After the Berlin Wall opened, on 9 November, the crowds became bolder everywhere – approaching the citadels of Stasi and KGB power in Dresden.
The former KGB headquarters in Dresden
The block of flats nearby, where the Putins lived
Vladimir Putin had doubtless assumed too that those senior Soviet officers – men he’d socialised with regularly – would indeed send in the tanks.
But no, Moscow under Mikhail Gorbachev “was silent”. The Red Army tanks would not be used. “Nobody lifted a finger to protect us.”
He and his KGB colleagues frantically burned evidence of their intelligence work.
“I personally burned a huge amount of material,” Putin recalled in First Person. “We burned so much stuff that the furnace burst.”
Two weeks later there was more trauma for Putin as West German Chancellor Helmut Kohl arrived in the city. He made a speech that left German reunification looking inevitable, and East Germany doomed.
Kohl praised Gorbachev, the man in Moscow who’d refused to send in the tanks, and he used patriotic language – words like Vaterland, or fatherland – that had been largely taboo in Germany since the war. Now they prompted an ecstatic response.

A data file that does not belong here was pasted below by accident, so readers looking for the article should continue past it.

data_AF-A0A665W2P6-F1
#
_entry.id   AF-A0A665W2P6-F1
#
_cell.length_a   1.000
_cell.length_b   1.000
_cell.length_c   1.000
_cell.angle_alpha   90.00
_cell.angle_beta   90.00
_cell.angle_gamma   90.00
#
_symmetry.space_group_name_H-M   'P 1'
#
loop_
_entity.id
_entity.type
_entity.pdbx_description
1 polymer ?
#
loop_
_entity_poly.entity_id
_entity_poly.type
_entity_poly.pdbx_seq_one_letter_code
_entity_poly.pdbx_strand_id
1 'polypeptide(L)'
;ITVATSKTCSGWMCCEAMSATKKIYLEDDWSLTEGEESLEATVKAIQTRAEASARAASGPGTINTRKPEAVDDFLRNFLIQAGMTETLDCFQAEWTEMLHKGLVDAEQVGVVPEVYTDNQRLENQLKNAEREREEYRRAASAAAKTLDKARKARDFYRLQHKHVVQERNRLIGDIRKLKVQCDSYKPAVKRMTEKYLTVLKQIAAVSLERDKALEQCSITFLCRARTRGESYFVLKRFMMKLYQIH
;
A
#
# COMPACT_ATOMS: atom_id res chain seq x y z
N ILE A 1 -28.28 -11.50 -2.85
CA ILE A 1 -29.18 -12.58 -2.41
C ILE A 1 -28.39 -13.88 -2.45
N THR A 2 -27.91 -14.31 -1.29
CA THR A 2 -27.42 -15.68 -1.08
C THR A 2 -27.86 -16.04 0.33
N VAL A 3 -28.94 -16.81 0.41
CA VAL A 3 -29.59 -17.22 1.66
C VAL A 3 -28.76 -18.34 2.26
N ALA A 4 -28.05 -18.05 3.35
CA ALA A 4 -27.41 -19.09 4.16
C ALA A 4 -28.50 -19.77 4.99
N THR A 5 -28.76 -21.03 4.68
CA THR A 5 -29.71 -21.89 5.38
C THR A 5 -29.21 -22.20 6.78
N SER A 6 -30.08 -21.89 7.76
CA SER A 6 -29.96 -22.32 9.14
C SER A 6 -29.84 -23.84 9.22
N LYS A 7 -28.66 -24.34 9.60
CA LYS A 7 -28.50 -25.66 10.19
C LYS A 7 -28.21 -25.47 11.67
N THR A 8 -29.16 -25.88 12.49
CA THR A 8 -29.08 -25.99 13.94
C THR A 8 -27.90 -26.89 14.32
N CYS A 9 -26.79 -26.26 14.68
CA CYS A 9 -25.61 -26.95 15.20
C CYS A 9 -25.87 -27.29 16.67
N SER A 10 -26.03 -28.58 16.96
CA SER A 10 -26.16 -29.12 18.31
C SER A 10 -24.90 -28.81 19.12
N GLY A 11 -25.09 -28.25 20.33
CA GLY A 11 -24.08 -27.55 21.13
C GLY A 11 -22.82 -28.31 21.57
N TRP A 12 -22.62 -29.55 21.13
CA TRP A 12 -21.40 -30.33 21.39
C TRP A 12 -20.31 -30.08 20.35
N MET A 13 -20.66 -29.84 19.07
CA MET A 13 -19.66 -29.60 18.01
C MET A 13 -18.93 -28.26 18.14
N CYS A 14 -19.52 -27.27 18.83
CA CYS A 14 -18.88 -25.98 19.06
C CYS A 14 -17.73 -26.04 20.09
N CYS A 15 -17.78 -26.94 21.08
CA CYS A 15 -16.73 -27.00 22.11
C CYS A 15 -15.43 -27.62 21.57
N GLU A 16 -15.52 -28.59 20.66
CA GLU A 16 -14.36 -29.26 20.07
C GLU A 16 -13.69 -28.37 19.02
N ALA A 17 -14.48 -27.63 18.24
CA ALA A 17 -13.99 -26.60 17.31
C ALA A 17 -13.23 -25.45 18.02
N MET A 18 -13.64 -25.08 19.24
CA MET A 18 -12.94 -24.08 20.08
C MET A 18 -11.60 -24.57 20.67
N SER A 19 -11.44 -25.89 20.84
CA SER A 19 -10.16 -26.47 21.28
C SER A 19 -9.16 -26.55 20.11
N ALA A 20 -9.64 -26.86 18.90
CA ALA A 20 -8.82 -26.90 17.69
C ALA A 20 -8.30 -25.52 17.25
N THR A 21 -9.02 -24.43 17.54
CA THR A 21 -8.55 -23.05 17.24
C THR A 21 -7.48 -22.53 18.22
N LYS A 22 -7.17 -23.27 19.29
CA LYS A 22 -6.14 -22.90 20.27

It’s not known whether Putin was in that crowd – but as a KGB agent in Dresden he’d certainly have known all about it.
The implosion of East Germany in the following months marked a huge rupture in his and his family’s life.
“We had the horrible feeling that the country that had almost become our home would no longer exist,” said his wife Ludmila.
“My neighbour, who was my friend, cried for a week. It was the collapse of everything – their lives, their careers.”
One of Putin’s key Stasi contacts, Maj Gen Horst Boehm – the man who had helped him install that precious telephone line for an informer – was humiliated by the demonstrating crowds, and committed suicide early in 1990.
This warning about what can happen when people power becomes dominant was one Putin could now ponder on the long journey home.
“Their German friends give them a 20-year-old washing machine and with this they drive back to Leningrad,” says Putin biographer and critic Masha Gessen. “There’s a strong sense that he was serving his country and had nothing to show for it.”
Putin worked for the mayor of St Petersburg (1990-96), then moved to Moscow and rose rapidly to the top
He also arrived back to a country that had been transformed under Mikhail Gorbachev and was itself on the verge of collapse.
“He found himself in a country that had changed in ways that he didn’t understand and didn’t want to accept,” as Gessen puts it.
His home city, Leningrad, was now becoming St Petersburg again. What would Putin do there?
There was talk, briefly, of taxi-driving. But soon Putin realised he had acquired a much more valuable asset than a second-hand washing machine.